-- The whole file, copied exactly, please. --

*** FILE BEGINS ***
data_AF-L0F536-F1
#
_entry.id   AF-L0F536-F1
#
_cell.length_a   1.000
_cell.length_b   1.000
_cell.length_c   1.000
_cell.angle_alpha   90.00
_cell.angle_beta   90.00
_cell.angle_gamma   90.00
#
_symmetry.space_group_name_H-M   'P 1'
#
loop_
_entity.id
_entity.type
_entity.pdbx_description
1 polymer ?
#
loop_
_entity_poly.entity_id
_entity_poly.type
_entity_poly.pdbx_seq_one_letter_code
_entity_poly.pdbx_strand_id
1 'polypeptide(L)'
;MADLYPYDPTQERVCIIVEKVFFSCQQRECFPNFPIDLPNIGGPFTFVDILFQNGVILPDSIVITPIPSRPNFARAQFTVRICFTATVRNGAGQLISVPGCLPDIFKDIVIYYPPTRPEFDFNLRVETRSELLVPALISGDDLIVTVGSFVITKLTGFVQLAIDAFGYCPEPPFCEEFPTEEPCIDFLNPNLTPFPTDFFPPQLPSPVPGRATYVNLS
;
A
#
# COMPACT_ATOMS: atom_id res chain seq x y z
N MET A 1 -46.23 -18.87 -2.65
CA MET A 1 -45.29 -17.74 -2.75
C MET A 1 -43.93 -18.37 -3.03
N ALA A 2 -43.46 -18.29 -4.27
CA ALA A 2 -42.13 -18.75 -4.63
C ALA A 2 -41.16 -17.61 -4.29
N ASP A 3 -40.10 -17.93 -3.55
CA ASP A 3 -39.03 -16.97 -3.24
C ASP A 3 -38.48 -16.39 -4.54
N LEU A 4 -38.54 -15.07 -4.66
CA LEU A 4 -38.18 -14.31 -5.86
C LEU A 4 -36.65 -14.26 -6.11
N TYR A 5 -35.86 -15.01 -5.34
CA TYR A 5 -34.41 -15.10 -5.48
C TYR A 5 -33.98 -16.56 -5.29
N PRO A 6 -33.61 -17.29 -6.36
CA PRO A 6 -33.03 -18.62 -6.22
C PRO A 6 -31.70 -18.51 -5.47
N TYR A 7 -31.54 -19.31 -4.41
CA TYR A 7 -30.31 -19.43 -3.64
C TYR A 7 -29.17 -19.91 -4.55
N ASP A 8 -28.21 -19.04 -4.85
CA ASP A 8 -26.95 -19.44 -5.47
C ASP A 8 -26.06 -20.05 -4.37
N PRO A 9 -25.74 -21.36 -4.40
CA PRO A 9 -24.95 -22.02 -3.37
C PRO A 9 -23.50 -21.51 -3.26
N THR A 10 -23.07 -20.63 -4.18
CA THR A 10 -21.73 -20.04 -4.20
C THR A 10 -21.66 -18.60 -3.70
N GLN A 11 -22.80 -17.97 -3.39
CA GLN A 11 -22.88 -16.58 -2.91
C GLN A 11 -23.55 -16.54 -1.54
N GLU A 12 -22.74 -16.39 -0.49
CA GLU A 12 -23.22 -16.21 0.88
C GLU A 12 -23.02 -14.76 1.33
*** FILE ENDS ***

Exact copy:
data_AF-L0F536-F1
#
_entry.id   AF-L0F536-F1
#
_cell.length_a   1.000
_cell.length_b   1.000
_cell.length_c   1.000
_cell.angle_alpha   90.00
_cell.angle_beta   90.00
_cell.angle_gamma   90.00
#
_symmetry.space_group_name_H-M   'P 1'
#
loop_
_entity.id
_entity.type
_entity.pdbx_description
1 polymer ?
#
loop_
_entity_poly.entity_id
_entity_poly.type
_entity_poly.pdbx_seq_one_letter_code
_entity_poly.pdbx_strand_id
1 'polypeptide(L)'
;MADLYPYDPTQERVCIIVEKVFFSCQQRECFPNFPIDLPNIGGPFTFVDILFQNGVILPDSIVITPIPSRPNFARAQFTVRICFTATVRNGAGQLISVPGCLPDIFKDIVIYYPPTRPEFDFNLRVETRSELLVPALISGDDLIVTVGSFVITKLTGFVQLAIDAFGYCPEPPFCEEFPTEEPCIDFLNPNLTPFPTDFFPPQLPSPVPGRATYVNLS
;
A
#
# COMPACT_ATOMS: atom_id res chain seq x y z
N MET A 1 -46.23 -18.87 -2.65
CA MET A 1 -45.29 -17.74 -2.75
C MET A 1 -43.93 -18.37 -3.03
N ALA A 2 -43.46 -18.29 -4.27
CA ALA A 2 -42.13 -18.75 -4.63
C ALA A 2 -41.16 -17.61 -4.29
N ASP A 3 -40.10 -17.93 -3.55
CA ASP A 3 -39.03 -16.97 -3.24
C ASP A 3 -38.48 -16.39 -4.54
N LEU A 4 -38.54 -15.07 -4.66
CA LEU A 4 -38.18 -14.31 -5.86
C LEU A 4 -36.65 -14.26 -6.11
N TYR A 5 -35.86 -15.01 -5.34
CA TYR A 5 -34.41 -15.10 -5.48
C TYR A 5 -33.98 -16.56 -5.29
N PRO A 6 -33.61 -17.29 -6.36
CA PRO A 6 -33.03 -18.62 -6.22
C PRO A 6 -31.70 -18.51 -5.47
N TYR A 7 -31.54 -19.31 -4.41
CA TYR A 7 -30.31 -19.43 -3.64
C TYR A 7 -29.17 -19.91 -4.55
N ASP A 8 -28.21 -19.04 -4.85
CA ASP A 8 -26.95 -19.44 -5.47
C ASP A 8 -26.06 -20.05 -4.37
N PRO A 9 -25.74 -21.36 -4.40
CA PRO A 9 -24.95 -22.02 -3.37
C PRO A 9 -23.50 -21.51 -3.26
N THR A 10 -23.07 -20.63 -4.18
CA THR A 10 -21.73 -20.04 -4.20
C THR A 10 -21.66 -18.60 -3.70
N GLN A 11 -22.80 -17.97 -3.39
CA GLN A 11 -22.88 -16.58 -2.91
C GLN A 11 -23.55 -16.54 -1.54
N GLU A 12 -22.74 -16.39 -0.49
CA GLU A 12 -23.22 -16.21 0.88
C GLU A 12 -23.02 -14.76 1.33